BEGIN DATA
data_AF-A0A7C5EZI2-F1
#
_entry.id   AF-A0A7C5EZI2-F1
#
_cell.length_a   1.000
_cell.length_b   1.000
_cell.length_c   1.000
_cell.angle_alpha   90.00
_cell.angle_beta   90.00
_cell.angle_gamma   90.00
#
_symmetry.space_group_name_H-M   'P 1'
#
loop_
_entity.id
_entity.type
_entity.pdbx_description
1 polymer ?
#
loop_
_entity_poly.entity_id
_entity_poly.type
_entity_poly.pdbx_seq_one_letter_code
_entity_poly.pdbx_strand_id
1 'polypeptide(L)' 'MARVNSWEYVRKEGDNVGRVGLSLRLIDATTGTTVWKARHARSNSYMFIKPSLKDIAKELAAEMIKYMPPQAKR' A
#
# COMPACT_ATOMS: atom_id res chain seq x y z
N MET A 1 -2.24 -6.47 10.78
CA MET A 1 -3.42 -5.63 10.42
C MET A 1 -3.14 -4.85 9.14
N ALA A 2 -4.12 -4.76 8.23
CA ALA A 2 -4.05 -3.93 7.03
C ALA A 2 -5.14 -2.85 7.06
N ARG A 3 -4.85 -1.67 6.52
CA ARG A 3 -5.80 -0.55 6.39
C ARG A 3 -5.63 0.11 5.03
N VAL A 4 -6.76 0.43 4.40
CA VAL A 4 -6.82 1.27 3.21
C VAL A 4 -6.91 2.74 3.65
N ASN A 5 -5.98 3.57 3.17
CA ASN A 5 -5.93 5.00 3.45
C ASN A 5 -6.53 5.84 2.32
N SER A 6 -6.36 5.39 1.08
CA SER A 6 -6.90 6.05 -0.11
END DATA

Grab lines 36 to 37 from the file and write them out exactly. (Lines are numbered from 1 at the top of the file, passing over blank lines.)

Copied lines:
C ARG A 3 -5.63 0.11 5.03
N VAL A 4 -6.76 0.43 4.40